On Sunday, the day after I’d woken up, the television ran all day long to keep my parents and I updated on the latest memory loss case analytics. For three days people of all ages all over the world had been mysteriously waking up with no recollection of whom they were.

And I happened to be one of them.

My mother and father spent hours flipping through albums of my baby photos and sharing funny stories from my past. I knew they were trying to help me understand myself better, but the guilt completely infested me. If anything, my parents were the memory loss victims, not me. They were the ones grieving over the old Ari.

I wish there was something I could do to lift their spirits.

That painful helplessness only intensified when they introduced me to Stella Pierce.

The girl stood in the entryway of our home that evening, a mere cutout of the photos I’d seen of her on my bedroom wall—plaid jacket and all. According to my mother, Stella was my best friend, and she also happened to live right across the street.

Stella ran from the entryway, my father shutting the door behind her as she wrapped me into a hug so tight it rivaled my mother’s. The fabric of her scratchy jacket—still cold from the November air—left me with a desire to experience the chill myself. I hadn’t left the house since I’d woken up, but I was too nervous to ask my parents for permission to. They were still in the realm of strangers, possibly approaching the acquaintance zone.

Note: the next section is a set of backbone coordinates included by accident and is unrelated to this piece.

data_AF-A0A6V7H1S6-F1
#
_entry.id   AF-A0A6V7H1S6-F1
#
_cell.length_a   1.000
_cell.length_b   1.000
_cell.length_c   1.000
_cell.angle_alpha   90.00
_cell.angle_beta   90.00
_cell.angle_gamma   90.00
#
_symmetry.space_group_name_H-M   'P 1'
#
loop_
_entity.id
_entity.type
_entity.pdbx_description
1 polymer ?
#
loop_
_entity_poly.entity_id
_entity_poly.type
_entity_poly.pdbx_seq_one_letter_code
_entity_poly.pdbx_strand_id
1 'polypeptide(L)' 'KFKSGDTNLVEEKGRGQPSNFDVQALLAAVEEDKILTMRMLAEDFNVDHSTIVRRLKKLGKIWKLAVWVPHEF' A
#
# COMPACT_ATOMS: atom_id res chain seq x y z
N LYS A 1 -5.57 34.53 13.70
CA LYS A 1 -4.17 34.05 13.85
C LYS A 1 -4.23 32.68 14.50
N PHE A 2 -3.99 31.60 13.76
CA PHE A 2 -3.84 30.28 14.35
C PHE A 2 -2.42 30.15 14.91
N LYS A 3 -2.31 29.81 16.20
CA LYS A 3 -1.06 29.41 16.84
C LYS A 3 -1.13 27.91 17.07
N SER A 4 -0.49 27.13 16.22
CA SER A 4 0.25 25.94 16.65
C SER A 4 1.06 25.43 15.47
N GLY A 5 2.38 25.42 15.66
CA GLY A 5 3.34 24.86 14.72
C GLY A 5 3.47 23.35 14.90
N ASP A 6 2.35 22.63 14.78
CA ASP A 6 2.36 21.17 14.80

“Oh, Ari. I’m really, really sorry.” Stella’s long, blond hair made my neck itchy—but she smelled like roses, so that evened out the discomfort. “I’ll tell you everything you need to know. I promise.”

She stepped away from me before I had the chance to hug her back, not that I’d ever felt inclined to.

The four of us sat around the square dining room table that evening, the air dangerously quiet. My parents and I had eaten nothing but packaged crackers and granola bars since I’d woken up, so this was our first proper meal together, and none of us knew how to act.

I made brief eye contact with Stella and my parents before resorting to staring awkwardly at the table, which was a bit too small for us. Our feet nearly ran into each other, and the mismatched plates and platters covered every spot on the tabletop. I pushed my tall glass of lemonade away from the edge, scared of accidentally knocking it over.

My father eventually cleared his throat. “Feel free to dig in.”

I reached for the serving spoon sitting in a white bowl of creamy chicken.